Young, Speights lift Sixers over Raptors

Raptors' DeMar DeRozan is fouled by Sixers' Evan Turner (right) as Spencer Hawes looks on during first half.
Raptors' DeMar DeRozan is fouled by Sixers' Evan Turner (right) as Spencer Hawes looks on during first half.
Posted: January 27, 2011

TORONTO - Following his 24-point, seven-rebound performance against the Phoenix Suns earlier this week, 76ers forward Thaddeus Young was gleaming in the locker room because for the first time in many games, he was playing against smaller, faster forwards.

The bruising and banging that Young usually has to endure against the more sturdy power forwards wasn't there Monday, and Young reaped the benefits.

Last night at the Air Canada Centre, Raptors center Andrea Bargnani was filling up the score sheet in the first quarter, as he usually does against the Sixers, and the Raptors were having their way offensively.

Then coach Doug Collins inserted Young and the Sixers immediately disposed of the hosts' nine-point lead. And it wasn't because of Young's offense, it was his defense that was the key.

Collins tabbed Young to stop Bargnani, and that he did in limiting him to one deep three-pointer during their matchup in the second quarter, when the Sixers evened the game at 50. It didn't hurt that the Sixers made eight of their first 10 shots, either.

"You have to get up and guard him at the three-point line," Collins said of Bargnani. "There's a misconception about the Toronto team. Everybody thinks Toronto is a perimeter shooting team. They're fourth in the league in points in the paint. And so we wanted to take away the paint. We knew in situations with Bargnani we wanted to crowd him, get up on his right hand, make him dribble the ball and make him shoot two-point shots outside the paint. And Thad's quickness bothers him."

While Young was suffocating Bargnani, Marreese Speights was filling it up on the offensive end, scoring 13 straight points in a 6-minute, 32-second span. Speights finished the second quarter with 17 points, contributing to a very productive first half by the Sixers' centers. Starter Spencer Hawes had four beautiful assists in the first, all on backdoor cuts. For the half, he also grabbed four rebounds.

"I went out with a lot of confidence so I just brought that," said Speights, who finished with a season-high 23 points and grabbed nine rebounds in a little over 17 minutes. "When the ball's going in it's always good for me and my teammates. It was going in and I was playing better defense.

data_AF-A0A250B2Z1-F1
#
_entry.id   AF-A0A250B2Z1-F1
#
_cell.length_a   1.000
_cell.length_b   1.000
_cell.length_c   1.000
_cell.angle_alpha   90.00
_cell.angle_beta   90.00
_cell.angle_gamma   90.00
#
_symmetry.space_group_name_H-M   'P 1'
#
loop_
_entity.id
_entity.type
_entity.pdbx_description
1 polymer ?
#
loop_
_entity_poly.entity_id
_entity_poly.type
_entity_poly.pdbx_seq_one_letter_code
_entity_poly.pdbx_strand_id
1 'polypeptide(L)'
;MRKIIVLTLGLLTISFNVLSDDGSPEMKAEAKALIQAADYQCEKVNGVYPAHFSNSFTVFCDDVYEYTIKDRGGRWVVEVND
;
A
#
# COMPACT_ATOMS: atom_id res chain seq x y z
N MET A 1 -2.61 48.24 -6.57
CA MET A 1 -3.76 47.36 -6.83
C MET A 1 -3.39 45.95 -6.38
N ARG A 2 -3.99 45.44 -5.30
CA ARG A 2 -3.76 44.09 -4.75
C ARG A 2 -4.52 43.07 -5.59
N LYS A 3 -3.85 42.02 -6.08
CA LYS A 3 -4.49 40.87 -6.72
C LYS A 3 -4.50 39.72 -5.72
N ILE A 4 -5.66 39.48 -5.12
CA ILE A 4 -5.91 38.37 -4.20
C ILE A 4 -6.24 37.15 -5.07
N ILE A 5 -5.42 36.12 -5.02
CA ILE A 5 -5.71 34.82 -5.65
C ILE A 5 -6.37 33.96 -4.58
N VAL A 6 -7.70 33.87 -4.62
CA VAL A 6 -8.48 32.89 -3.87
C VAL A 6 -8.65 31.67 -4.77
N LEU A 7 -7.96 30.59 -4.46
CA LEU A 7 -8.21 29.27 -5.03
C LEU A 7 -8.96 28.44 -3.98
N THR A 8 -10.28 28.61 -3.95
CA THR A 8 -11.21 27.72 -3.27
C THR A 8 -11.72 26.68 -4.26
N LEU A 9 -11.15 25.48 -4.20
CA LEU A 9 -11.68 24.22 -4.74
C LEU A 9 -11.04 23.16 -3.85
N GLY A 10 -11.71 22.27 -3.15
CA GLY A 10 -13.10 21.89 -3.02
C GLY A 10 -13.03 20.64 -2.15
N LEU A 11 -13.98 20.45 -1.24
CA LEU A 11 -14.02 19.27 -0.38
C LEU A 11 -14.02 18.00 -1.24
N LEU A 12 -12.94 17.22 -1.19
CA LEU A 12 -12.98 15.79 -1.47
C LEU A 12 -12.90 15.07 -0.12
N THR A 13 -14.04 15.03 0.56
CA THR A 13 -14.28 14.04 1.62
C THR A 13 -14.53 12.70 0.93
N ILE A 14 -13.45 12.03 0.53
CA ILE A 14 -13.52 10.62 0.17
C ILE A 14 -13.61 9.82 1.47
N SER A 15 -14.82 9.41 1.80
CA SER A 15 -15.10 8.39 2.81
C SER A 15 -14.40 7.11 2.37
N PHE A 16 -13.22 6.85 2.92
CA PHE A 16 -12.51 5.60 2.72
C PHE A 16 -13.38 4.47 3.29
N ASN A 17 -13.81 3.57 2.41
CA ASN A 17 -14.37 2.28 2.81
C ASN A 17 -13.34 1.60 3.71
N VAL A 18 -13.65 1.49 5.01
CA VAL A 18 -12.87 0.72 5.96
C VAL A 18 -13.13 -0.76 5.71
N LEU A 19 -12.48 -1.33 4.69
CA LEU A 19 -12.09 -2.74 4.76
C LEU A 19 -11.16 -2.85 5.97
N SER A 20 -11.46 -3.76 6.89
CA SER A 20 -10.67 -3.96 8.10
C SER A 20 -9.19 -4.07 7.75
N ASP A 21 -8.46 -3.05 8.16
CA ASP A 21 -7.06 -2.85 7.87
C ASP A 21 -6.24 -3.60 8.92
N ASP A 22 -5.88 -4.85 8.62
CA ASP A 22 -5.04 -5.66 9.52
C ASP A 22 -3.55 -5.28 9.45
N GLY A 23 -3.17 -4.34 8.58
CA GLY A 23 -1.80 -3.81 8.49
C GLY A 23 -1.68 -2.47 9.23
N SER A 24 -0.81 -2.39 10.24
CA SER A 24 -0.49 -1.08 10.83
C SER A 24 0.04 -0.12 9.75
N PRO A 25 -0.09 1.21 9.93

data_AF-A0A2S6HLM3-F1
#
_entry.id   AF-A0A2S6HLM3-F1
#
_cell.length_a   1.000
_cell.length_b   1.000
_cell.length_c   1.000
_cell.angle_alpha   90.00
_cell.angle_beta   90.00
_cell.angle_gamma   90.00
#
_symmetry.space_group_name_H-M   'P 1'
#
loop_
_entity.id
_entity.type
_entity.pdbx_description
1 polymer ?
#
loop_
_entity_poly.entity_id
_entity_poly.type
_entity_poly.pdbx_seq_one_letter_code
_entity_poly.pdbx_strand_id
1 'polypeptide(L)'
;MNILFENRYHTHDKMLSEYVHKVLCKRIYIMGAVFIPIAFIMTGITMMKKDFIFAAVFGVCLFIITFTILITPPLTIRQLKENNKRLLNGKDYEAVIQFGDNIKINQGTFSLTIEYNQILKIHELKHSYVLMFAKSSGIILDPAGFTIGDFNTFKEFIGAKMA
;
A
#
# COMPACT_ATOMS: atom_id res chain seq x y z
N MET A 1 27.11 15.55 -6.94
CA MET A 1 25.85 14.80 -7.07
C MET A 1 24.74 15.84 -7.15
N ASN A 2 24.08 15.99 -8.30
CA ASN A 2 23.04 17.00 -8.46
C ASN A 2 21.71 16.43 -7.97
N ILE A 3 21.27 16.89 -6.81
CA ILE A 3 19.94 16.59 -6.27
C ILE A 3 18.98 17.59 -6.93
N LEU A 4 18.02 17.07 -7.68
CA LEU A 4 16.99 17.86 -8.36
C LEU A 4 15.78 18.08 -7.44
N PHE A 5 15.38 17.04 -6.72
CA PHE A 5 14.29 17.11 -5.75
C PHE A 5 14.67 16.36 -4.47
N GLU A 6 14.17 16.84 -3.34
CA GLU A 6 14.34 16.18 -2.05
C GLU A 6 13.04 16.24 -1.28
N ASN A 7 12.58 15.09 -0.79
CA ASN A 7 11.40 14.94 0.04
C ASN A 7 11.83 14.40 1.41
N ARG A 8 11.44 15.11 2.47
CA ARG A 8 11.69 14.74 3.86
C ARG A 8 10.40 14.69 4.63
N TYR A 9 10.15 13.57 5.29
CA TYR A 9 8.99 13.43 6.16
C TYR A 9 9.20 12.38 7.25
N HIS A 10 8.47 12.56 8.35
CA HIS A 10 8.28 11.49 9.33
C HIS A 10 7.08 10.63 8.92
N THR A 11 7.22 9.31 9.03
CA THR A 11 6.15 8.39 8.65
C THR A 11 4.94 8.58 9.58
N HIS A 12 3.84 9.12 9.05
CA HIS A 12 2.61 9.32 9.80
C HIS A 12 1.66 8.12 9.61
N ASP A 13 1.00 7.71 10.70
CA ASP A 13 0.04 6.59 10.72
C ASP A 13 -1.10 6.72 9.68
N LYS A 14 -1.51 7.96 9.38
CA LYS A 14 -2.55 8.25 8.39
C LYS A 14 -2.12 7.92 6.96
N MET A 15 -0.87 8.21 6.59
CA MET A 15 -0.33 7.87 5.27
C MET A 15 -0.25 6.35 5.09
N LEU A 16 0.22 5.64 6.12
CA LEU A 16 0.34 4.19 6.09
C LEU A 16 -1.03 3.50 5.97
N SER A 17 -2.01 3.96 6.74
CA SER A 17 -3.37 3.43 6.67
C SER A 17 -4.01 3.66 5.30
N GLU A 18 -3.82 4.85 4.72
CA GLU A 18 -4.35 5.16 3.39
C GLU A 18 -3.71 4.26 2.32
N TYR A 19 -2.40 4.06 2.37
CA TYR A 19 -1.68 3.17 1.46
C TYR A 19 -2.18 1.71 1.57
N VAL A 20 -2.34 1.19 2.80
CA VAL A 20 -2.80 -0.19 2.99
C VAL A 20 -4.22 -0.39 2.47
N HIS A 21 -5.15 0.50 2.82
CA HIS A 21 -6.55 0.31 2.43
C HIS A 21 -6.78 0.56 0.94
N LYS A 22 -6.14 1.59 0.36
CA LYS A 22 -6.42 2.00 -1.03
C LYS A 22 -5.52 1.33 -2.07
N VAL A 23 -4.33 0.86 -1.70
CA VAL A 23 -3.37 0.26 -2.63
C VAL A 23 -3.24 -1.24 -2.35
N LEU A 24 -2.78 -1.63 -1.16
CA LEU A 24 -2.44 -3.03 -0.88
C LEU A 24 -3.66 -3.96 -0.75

"I saw that they were playing zone and I watched during the first quarter [from the bench] to see what I could do to get some buckets. I went out there and rolled."

For the night, the Sixers used the backdoor more and better than a sneaky teenager.

"I was watching the Spurs and the Toronto game and one of the sets [the Spurs] run, we run," Collins said. "Toronto was struggling stopping it when they played zone so we ran that play almost the entire second quarter. Our big guys are doing a much better job at passing. We work at it every day against zones with big guys X-ing and high-low passing and working together. They've got a pretty good feel for one another."

The Sixers took an eight-point lead, 60-52, early in the third when Hawes hit Andre Iguodala sneaking to the basket for a slam. Then Iguodala made a gorgeous behind-the-back pass to a cutting Elton Brand for another easy layup.

The Raptors, who lost their ninth straight, smartened up a little and started packing things in defensively a little tighter, but Lou Williams broke that scheme wide open by hitting four long-range bombs, including three treys en route to 11 points in the third.

In the fourth quarter, the Sixers did what they needed to do against a struggling team - they picked up the intensity, played at a faster pace and upped their led to as many as 14.

The Sixers had a balanced scoring effort in winning their third straight and improving to 20-25. Iguodala (six assists, five rebounds) and Williams each scored 15, while Jrue Holiday also had 15 points to go with 11 assists. Brand finished with 14 and Young and Evan Turner each added 10.

After a first quarter in which they made only eight of 22 from the field, the Sixers shot 36-for-67 (53.7 percent) over the final three quarters.

Raptors guard DeMar DeRozan, who will compete in next month's slam-dunk contest at the All-Star Game, played like an All-Star, going for a game-high 29 points. Bargnani chipped in 17, while Amir Johnson had 15.

Six shots

Andrea Bargnani had scored 54 points in the first two games against the Sixers this season. He left briefly during the first quarter after jamming a toe, but quickly returned . . . Lou Williams made his first shot of the game on a backdoor pass from Spencer Hawes. It was significant because Williams was 1-for-18 against the Raptors this season before that shot. He finished the game 6-for-10 from the floor . . . Trey Johnson hit a three-pointer for the Raptors with 6:26 left in the second quarter. That was the Raptors' first trey in two games. They had their NBA-record streak of 986 games with at least one trey snapped on Monday against Memphis . . . Due to injuries, Toronto has dressed 20 different players this season . . . Because of the inclement weather in Philadelphia, the team charter didn't leave after the game. It was scheduled to leave this morning.

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